The supplier SDS
An employer who purchases a hazardous product for use, handling or storage at a workplace must obtain a supplier SDS for the product. Under federal law, it is the supplier’s responsibility to ensure that the SDS for a hazardous product is current and complies with all applicable requirements every time the product is sold. Where a supplier is exempted under federal law from providing a SDS, the employer is not required to obtain one (subsection 17(1), WHMIS Reg.). By definition, a
supplier safety data sheet is one that meets the requirements of the federal HPR (subsection 1(1), WHMIS Reg.).
An employer must notify the Ministry of Labour, Training and Skills Development in writing if, after making reasonable efforts, he/she is unable to obtain a SDS from the supplier (subsection 37(4), OHSA).
Updating a supplier SDS
An employer is required to update the most recent supplier SDS at the workplace as soon as practicable after significant new data about a product is provided by the supplier, or becomes available to the employer in some other way (subsection 17(2), WHMIS Reg.).
Significant new data means information about a product that would change its classification in a category or subcategory of a hazard class, or result in its classification in another hazard class, or change the ways to handle the product safely.
This employer duty complements provisions in the federal HPR that require a supplier to update a SDS within 90 days of becoming aware of significant new data about a hazardous product. If a hazardous product is sold during the 90-day grace period, without an updated supplier SDS, the supplier must provide the buyer (i.e., the employer) with the significant new data in writing and the date on which the data became available. Suppliers are not required to inform past buyers of a hazardous product that significant new data is available.
Alternate SDS permissible
For hazardous products purchased from a supplier, an employer may provide a SDS in a different format, or containing more hazard information than the supplier’s SDS, on two conditions:
- the SDS has no less content than the supplier’s SDS (with the exception of information withheld on the grounds that it is confidential business information); and,
- the supplier’s SDS is available at the workplace and the SDS provided by the employer states that fact (subsection 17(3), WHMIS Reg.).
The employer SDS
An employer who produces a hazardous product for use in its own workplace must prepare a SDS for the product that meets the requirements in the federal HPR for a supplier SDS (subsection 18(1), WHMIS Reg.). An employer must update the workplace SDS as soon as practicable, but not later than 90 days, after significant new data about the hazardous product becomes available to the employer (subsection 18(3), WHMIS Reg.).
No workplace SDS is required for a laboratory sample produced by the employer at the workplace (subsection 18(2), WHMIS Reg.). See Special applications of WHMIS of this guide for more information on laboratory samples.
Disclosure of data source for employer SDS
Subject to any exemptions for confidential business information, the employer must disclose the source of any toxicological data the employer used to prepare the workplace SDS, if asked to do so by an inspector, a worker, a member of a joint health and safety committee, a health and safety representative, or a representative of the workers if there is no joint health and safety committee or health and safety representative (section 25, WHMIS Reg.).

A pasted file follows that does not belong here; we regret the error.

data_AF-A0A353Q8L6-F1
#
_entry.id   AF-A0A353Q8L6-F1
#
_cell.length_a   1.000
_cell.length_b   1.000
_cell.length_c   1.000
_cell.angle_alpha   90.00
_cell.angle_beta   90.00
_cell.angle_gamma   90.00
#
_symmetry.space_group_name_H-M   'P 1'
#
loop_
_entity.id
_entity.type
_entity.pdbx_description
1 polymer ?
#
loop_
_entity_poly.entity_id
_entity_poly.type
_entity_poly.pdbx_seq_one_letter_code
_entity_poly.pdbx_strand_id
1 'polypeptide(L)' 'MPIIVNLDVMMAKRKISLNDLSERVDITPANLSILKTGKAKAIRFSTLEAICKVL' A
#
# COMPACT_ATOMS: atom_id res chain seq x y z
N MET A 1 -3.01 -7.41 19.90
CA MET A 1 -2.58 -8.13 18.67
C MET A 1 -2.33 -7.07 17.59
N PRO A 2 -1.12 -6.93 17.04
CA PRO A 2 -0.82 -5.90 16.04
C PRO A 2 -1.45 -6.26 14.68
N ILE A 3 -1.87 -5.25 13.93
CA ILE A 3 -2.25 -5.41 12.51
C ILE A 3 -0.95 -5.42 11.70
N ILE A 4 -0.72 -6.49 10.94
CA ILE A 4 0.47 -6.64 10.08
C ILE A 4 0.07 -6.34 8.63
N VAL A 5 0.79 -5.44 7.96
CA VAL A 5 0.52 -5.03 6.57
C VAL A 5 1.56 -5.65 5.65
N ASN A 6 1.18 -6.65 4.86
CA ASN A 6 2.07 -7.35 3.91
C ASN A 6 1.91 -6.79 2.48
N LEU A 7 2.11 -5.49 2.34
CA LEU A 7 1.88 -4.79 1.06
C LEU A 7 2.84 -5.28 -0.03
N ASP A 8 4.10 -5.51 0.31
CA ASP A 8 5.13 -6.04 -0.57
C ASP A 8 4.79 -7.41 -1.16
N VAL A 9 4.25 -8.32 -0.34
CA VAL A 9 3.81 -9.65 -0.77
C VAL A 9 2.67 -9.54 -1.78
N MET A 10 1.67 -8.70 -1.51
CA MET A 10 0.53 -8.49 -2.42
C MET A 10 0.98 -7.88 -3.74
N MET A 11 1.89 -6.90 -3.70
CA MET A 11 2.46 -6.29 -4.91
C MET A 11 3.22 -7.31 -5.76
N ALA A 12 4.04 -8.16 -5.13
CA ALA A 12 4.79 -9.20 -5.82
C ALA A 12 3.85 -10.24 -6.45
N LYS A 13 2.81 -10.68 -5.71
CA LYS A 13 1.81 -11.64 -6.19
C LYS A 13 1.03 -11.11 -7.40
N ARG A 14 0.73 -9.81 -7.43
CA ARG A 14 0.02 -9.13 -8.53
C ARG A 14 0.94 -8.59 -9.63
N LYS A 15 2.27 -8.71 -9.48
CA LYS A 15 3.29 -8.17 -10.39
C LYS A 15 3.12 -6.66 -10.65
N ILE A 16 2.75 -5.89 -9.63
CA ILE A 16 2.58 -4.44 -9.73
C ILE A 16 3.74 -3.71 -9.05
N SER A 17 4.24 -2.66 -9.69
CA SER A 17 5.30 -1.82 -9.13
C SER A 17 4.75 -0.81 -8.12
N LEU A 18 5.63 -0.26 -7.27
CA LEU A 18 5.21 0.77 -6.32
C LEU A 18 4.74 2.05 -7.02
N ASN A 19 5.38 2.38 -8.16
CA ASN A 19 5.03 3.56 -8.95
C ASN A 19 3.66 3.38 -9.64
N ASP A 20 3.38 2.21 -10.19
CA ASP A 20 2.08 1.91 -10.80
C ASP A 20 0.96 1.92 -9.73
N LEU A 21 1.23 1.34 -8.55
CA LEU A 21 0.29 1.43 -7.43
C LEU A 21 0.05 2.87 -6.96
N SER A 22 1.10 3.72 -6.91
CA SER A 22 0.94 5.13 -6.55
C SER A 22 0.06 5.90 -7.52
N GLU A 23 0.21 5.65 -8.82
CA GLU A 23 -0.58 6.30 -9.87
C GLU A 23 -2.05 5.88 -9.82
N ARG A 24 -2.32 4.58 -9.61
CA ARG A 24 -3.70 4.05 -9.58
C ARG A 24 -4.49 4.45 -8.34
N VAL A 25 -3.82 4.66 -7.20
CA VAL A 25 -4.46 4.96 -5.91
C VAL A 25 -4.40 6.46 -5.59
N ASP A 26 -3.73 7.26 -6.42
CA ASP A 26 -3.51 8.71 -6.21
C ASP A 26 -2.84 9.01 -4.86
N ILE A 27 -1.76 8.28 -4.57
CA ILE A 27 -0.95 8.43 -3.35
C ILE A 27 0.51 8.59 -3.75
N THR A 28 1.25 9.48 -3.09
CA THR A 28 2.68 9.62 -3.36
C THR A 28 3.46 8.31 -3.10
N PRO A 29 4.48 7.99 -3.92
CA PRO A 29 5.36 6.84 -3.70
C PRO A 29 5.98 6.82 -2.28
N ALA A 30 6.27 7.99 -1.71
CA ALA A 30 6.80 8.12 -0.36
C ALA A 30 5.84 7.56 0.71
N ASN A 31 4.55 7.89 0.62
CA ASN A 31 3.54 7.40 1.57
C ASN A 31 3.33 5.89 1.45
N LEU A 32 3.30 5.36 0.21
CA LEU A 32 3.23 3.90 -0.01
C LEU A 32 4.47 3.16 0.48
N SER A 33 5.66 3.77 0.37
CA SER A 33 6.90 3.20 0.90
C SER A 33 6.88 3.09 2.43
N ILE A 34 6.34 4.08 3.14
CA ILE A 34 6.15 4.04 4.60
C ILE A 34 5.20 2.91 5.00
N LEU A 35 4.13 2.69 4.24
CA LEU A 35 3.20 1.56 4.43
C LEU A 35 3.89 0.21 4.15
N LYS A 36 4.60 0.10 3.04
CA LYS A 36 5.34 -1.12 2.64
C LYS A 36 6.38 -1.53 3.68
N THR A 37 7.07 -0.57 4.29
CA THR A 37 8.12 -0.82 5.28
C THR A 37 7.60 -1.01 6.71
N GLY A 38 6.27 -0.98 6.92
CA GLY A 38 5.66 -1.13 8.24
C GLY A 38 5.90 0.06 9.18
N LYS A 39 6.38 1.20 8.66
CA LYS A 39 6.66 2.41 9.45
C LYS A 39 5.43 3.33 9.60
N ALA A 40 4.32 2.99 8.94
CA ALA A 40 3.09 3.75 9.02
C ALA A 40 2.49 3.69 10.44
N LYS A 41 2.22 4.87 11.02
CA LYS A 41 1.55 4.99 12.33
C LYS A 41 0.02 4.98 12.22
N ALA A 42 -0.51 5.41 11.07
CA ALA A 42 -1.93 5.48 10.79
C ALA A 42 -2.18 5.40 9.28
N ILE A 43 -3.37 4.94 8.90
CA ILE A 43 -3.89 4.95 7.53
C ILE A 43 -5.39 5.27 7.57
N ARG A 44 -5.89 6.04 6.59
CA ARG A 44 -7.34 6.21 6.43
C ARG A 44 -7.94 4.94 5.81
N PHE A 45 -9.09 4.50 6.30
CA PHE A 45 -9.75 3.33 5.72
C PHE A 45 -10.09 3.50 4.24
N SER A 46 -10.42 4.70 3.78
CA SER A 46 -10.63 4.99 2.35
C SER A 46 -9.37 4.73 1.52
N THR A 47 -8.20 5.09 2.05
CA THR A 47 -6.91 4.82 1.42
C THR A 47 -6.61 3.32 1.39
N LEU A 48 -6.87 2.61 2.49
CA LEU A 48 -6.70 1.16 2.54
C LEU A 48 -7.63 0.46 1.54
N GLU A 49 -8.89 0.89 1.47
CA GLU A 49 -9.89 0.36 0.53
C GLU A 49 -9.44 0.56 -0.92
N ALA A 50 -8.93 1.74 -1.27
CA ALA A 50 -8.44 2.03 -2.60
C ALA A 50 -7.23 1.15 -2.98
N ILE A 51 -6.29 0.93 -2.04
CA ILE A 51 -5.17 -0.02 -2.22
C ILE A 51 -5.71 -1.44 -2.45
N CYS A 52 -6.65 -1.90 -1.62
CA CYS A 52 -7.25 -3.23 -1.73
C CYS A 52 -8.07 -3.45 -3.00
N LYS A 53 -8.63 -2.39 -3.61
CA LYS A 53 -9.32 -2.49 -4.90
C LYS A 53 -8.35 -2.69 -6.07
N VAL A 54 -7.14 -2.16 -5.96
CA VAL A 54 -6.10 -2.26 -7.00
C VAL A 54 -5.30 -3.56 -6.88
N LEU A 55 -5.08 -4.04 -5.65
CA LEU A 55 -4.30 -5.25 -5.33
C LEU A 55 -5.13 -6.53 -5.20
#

Making SDSs available in the workplace
The OHSA requires the employer to make copies of current SDSs:
- available to all workers (clause 38(1)(a), OHSA);
- readily available to those workers who may be exposed to the hazardous product to which an SDS relates (subsection 38(1.1), OHSA); and
- available to the joint health and safety committee (JHSC) or a health and safety representative (HSR), if any, or a worker representative where there is no joint health and safety committee or health and safety representative (clause 38(1)(b), OHSA).
The employer is required to consult the joint health and safety committee or health and safety representative, if any, on how best to make SDSs available in the workplace, both to workers and to the joint health and safety committee or health and safety representative (subsection 38(6), OHSA). As a general principle, making copies of SDSs (whether paper or electronic) readily available to workers who may be exposed to a hazardous product means that they must be located close to the workers and accessible during each shift. It would not be acceptable, for example, to keep safety data sheets, or a computer terminal for accessing safety data sheets, in an office that is remote from the shop floor or that is locked during the night shift.
The employer is not required to provide paper copies of SDSs. Providing a SDS in an electronic format complies with requirements in the OHSA for making a SDS available at the workplace and to prescribed parties outside the workplace (subsection 38(5), OHSA).
Note: The OHSA provides for distribution of SDSs outside the workplace, to medical officers of health, fire departments and the Ministry of Labour, Training and Skills Development. Members of the public have access to SDSs through their local medical officer of health (section 38).
General information to be provided to workers
An employer must ensure that a worker who works with, or may be exposed to a hazardous product is informed about all hazard information the supplier has provided about the product. In general, this means the information on supplier labels and safety data sheets, but it can also include other information such as letters from the supplier in response to inquiries from the employer. Workers must also be informed of any other hazard information that the employer is or ought to be aware of concerning the product’s use, handling or storage (subsection 6(1), WHMIS Reg.).
Similarly, if a hazardous product is produced in the workplace, the employer must ensure every worker who works with or may be exposed to the product is informed about all hazard information the employer is or ought to be aware of concerning its use, handling and storage (subsection 6(2), WHMIS Reg.).